Message Passing Algorithms for the Dirichlet Diffusion TreeWe demonstrate efficient approximate inference for the Dirichlet Diffusion Tree, a Bayesian nonparametric prior over tree structures. Although DDTs provide a powerful and elegant approach for modeling hierarchies they haven't seen much use to date. One problem is the computational cost of MCMC inference. We provide the first deterministic approximate inference methods for DDT models and show excellent performance compared to the MCMC alternative. We present message passing algorithms to approximate the Bayesian model evidence for a specific tree. This is used to drive sequential tree building and greedy search to find optimal tree structures, corresponding to hierarchical clusterings of the data. We demonstrate appropriate observation models for continuous and binary data. The empirical performance of our method is very close to the computationally expensive MCMC alternative on a density estimation problem, and significantly outperforms kernel density estimators.

Variational Inference for StickBreaking Beta Process PriorsWe present a variational Bayesian inference algorithm for the stickbreaking construction of the beta process. We derive an alternate representation of the beta process that is amenable to variational inference, and present a bound relating the truncated beta process to its infinite counterpart. We assess performance on two matrix factorization problems, using a nonnegative factorization model and a linearGaussian model.

Infinite Dynamic Bayesian NetworksWe present the infinite dynamic Bayesian network model (iDBN), a nonparametric, factored statespace model that generalizes dynamic Bayesian networks (DBNs). The iDBN can infer every aspect of a DBN: the number of hidden factors, the number of values each factor can take, and (arbitrarily complex) connections and conditionals between factors and observations. In this way, the iDBN generalizes other nonparametric state space models, which until now generally focused on binary hidden nodes and more restricted connection structures. We show how this new prior allows us to find interesting structure in benchmark tests and on two realworld datasets involving weather data and neural information flow networks.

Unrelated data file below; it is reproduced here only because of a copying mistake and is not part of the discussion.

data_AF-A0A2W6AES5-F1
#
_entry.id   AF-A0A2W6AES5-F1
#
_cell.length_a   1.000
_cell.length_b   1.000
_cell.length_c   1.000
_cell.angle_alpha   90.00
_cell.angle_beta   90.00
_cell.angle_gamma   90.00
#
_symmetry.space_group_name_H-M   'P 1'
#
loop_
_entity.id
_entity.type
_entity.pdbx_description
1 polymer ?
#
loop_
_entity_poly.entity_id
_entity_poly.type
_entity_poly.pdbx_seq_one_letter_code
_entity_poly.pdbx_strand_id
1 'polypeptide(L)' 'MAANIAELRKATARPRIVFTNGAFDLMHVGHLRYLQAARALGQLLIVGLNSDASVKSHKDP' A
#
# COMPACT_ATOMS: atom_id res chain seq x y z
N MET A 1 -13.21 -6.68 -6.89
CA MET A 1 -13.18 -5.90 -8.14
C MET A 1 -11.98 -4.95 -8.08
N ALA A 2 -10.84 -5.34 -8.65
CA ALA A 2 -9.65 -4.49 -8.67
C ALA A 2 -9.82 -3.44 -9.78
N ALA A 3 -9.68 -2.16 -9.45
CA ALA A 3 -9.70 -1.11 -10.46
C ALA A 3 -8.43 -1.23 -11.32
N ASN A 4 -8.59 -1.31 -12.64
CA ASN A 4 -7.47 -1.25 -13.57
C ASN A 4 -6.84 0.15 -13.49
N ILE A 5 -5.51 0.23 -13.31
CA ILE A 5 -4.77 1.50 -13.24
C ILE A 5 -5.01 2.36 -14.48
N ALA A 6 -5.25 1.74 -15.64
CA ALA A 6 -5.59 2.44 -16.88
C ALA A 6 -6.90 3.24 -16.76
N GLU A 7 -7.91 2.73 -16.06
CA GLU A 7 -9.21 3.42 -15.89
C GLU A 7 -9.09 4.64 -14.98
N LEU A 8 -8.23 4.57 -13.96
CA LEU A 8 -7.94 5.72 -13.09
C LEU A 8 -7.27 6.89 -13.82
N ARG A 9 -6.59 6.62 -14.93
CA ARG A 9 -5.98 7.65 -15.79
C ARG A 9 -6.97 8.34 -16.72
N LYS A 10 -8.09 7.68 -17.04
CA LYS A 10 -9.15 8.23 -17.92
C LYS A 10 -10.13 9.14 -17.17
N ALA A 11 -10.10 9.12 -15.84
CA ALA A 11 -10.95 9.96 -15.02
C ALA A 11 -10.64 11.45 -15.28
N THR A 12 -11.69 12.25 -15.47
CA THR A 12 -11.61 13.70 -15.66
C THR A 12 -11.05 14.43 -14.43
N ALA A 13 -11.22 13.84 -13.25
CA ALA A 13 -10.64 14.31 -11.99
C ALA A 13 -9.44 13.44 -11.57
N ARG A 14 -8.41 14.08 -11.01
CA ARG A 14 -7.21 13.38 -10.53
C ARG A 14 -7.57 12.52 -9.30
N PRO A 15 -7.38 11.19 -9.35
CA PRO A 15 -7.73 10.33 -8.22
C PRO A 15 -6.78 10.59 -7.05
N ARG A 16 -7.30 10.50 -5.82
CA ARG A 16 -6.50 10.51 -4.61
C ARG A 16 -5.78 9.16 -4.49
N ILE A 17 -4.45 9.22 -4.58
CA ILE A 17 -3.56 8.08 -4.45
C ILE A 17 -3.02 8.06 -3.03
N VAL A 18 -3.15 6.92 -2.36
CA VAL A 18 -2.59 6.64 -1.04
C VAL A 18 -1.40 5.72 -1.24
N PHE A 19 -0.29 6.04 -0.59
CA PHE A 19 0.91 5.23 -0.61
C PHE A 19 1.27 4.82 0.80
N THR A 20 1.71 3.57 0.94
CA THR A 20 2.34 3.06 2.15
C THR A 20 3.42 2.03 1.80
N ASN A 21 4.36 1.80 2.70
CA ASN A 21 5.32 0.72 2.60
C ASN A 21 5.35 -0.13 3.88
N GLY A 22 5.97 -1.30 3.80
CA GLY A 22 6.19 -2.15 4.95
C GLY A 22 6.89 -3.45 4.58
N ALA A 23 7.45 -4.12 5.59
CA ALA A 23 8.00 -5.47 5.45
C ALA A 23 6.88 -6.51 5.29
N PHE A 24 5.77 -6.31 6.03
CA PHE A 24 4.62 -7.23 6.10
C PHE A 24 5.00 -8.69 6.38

All Sessions
 Keynotes
 Bandits and Online Learning
 Structured Output
 Reinforcement Learning
 Graphical Models and Optimization
 Recommendation and Matrix Factorization
 Neural Networks and Statistical Methods
 LatentVariable Models
 LargeScale Learning
 Learning Theory
 Feature Selection, Dimensionality Reduction
 Invited CrossConference Track
 Neural Networks and Deep Learning
 LatentVariable Models
 Active and Online Learning
 Tutorial : Collective Intelligence and Machine Learning
 Tutorial: Machine Learning in Ecological Science and Environmental Policy
 Tutorial: Machine Learning and Robotics
 Ensemble Methods
 Tutorial: Introduction to Bandits: Algorithms and Theory
 Tutorial: Machine Learning for Large Scale Recommender Systems
 Tutorial: Learning Kernels
 TestofTime
 Best Paper
 Robotics and Reinforcement Learning
 Transfer Learning
 Kernel Methods
 Optimization
 Learning Theory
 Invited CrossConference Session
 Neural Networks and Deep Learning
 Reinforcement Learning
 Bayesian Inference and Probabilistic Models
 Supervised Learning
 Social Networks
 Evaluation Metrics
 statistical relational learning
 Outlier Detection
 Time Series
 Graphical Models and Bayesian Inference
 Sparsity and Compressed Sensing
 Clustering
 Game Theory and Planning and Control
 SemiSupervised Learning
 Kernel Methods and Optimization
 Neural Networks and NLP
 Probabilistic Models & MCMC
 Online Learning
 Ranking and Information Retrieval